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Recognition of Increased Workload of Academic Staff Members in Equity-Seeking Groups in a Minority Context

Academic Staff members represent the same diversity and experience the same racism and discrimination as populations in the broader society. Academic staff who are also members of equity-seeking groups1 are frequently called upon to perform extra duties, such as interpreting documents through an “equity lens,” providing liaison with community groups, mentoring and advising, providing media contact, writing reports that address equity concerns, serving on committees, and finding and contacting people who work in the area of equity in higher education. Members of equity-seeking groups are often called on to conduct research for up-to-date information about equity in higher education, even when it is not within their area of academic research. Requests for additional work come not only from a variety of administrative and departmental sources, but also from academic staff associations. Such work receives little official recognition and adds an unfair burden to the workload of members of equity-seeking groups, thus creating another equity problem.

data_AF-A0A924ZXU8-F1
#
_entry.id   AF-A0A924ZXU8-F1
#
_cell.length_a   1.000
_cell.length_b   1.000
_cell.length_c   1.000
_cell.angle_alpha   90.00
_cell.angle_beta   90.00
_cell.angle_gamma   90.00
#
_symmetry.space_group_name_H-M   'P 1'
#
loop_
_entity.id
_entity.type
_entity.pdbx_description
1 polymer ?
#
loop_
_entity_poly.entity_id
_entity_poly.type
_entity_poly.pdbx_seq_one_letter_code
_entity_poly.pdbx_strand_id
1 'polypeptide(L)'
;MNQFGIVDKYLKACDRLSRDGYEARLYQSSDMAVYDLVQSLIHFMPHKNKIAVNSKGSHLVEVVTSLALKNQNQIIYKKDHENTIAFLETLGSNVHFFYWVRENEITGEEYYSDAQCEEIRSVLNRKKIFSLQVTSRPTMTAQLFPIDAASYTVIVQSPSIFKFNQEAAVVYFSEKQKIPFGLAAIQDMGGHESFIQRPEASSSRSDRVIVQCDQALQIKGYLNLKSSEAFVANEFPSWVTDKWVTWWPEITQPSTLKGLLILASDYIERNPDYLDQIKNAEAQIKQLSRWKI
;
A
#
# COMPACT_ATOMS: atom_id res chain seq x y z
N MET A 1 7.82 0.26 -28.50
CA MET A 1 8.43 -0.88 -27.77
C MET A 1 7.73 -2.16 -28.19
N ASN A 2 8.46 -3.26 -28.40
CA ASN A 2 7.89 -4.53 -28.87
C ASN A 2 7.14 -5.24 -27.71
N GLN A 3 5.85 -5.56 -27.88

Additional work, including work on equity issues, performed by members of equity-seeking groups is an academic contribution and should be taken into consideration when applications for tenure or promotion are assessed and in every process based on evaluation of a file (for example for internal research grants, requests for sabbatical leave, etc.). When such work is undertaken over and above normal remunerated duties, the academic staff member should be compensated.2

Approved by the CAUT Council, November 2015.

Endnote
1 Equity-seeking groups include, but are not limited to, racialized persons, women, Aboriginal peoples, LGBTQ2S, and persons with disabilities.
2 This is to recognize the work of CAS who work on contract and for whom this work falls outside their paid duties.